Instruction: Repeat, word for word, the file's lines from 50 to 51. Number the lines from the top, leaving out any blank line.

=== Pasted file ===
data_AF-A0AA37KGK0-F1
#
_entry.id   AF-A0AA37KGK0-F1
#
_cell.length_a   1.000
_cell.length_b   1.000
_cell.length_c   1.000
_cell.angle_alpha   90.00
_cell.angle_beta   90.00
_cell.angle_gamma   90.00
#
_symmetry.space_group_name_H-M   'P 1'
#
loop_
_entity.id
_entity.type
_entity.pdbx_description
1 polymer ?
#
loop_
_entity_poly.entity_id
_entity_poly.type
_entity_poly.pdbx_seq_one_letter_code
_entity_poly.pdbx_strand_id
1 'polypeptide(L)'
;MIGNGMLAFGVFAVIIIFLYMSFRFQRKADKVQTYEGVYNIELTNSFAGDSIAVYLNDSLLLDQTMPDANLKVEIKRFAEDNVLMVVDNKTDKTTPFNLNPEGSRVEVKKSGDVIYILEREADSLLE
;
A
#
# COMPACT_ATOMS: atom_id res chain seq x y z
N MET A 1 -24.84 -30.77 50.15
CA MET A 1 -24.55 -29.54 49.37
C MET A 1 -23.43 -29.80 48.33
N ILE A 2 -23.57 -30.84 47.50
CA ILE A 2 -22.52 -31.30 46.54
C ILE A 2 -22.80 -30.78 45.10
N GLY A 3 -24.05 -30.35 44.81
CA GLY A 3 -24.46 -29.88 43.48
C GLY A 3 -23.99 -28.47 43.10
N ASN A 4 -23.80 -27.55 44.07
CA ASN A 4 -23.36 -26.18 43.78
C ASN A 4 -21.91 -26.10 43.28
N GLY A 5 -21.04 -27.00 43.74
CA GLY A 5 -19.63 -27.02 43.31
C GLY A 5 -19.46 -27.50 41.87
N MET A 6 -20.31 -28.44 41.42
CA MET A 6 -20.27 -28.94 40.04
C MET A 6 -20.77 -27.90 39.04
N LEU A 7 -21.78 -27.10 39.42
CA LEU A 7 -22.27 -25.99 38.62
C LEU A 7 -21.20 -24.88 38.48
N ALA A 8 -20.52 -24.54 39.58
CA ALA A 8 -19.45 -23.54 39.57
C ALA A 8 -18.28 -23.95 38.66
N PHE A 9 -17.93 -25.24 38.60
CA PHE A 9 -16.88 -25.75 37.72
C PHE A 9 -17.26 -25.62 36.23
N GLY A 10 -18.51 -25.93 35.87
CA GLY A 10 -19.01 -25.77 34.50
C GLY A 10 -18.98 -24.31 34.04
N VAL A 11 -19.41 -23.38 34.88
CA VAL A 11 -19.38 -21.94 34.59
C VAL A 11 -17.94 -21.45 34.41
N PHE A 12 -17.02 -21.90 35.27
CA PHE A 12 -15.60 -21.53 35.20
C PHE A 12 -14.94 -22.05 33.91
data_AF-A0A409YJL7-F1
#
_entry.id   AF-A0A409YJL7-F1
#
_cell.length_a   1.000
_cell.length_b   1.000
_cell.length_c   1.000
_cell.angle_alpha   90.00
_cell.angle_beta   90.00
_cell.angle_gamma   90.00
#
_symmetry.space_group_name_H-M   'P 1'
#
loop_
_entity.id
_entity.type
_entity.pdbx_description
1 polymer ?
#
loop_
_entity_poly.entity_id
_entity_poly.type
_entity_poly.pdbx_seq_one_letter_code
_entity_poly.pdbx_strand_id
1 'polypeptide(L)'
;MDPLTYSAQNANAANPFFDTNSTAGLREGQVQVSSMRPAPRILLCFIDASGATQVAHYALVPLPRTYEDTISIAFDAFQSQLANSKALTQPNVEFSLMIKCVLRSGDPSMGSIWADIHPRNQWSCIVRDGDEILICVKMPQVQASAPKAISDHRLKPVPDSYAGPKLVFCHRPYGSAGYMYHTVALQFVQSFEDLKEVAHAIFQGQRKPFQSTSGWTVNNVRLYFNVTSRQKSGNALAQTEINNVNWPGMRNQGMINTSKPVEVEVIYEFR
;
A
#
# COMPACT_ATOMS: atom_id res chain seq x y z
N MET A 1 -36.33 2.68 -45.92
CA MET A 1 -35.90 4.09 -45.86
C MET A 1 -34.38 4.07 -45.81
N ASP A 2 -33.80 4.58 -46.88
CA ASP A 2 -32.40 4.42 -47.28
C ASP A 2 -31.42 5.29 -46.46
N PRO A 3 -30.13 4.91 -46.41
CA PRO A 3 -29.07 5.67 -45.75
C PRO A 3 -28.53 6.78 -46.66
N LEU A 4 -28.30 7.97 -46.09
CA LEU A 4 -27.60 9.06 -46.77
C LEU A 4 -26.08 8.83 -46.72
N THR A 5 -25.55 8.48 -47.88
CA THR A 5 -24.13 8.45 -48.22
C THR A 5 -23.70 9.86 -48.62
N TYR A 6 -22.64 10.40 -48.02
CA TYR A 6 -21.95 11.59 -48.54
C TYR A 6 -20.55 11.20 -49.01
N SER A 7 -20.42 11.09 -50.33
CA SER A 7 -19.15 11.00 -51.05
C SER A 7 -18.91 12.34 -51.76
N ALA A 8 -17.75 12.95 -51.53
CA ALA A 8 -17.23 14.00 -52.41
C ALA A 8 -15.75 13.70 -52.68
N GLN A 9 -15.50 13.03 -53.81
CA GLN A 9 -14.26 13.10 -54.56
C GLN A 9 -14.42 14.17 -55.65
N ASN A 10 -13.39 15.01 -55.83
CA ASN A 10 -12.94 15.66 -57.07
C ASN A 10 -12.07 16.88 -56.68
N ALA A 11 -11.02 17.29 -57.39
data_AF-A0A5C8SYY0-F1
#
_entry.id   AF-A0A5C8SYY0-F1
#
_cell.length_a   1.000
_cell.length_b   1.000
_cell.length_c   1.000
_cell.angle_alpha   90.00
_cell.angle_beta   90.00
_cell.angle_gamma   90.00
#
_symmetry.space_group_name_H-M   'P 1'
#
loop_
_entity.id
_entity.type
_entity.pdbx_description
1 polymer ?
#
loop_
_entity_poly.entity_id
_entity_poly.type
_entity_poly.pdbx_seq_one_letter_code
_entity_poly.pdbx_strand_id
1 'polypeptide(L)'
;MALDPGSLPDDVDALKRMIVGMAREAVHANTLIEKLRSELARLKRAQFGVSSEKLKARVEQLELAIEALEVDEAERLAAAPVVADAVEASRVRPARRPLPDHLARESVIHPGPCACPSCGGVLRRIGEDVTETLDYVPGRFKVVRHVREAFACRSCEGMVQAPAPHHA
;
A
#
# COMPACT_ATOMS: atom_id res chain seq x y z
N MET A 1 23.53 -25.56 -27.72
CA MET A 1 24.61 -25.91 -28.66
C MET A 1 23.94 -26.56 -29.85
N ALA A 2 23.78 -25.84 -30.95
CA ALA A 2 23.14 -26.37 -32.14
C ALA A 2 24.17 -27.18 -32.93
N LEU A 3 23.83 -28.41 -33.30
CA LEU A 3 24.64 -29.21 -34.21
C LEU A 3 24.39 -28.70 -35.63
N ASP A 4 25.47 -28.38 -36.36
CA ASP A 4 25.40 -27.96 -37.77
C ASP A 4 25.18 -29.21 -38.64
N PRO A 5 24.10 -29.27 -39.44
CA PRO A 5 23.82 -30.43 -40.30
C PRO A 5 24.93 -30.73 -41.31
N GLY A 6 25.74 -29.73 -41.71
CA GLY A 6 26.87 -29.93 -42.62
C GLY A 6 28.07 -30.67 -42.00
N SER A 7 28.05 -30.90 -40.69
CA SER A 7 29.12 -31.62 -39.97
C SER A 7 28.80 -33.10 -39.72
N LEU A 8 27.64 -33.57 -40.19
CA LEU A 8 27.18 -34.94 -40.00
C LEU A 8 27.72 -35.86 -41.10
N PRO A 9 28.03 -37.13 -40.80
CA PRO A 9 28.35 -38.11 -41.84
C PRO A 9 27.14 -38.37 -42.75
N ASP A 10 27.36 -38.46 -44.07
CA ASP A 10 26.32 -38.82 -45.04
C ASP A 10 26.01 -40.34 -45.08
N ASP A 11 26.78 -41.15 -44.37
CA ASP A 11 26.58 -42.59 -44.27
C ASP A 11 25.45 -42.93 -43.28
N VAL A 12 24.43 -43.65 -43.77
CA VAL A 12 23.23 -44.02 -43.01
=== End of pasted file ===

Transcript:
CA LEU A 7 -22.27 -25.99 38.62
C LEU A 7 -21.20 -24.88 38.48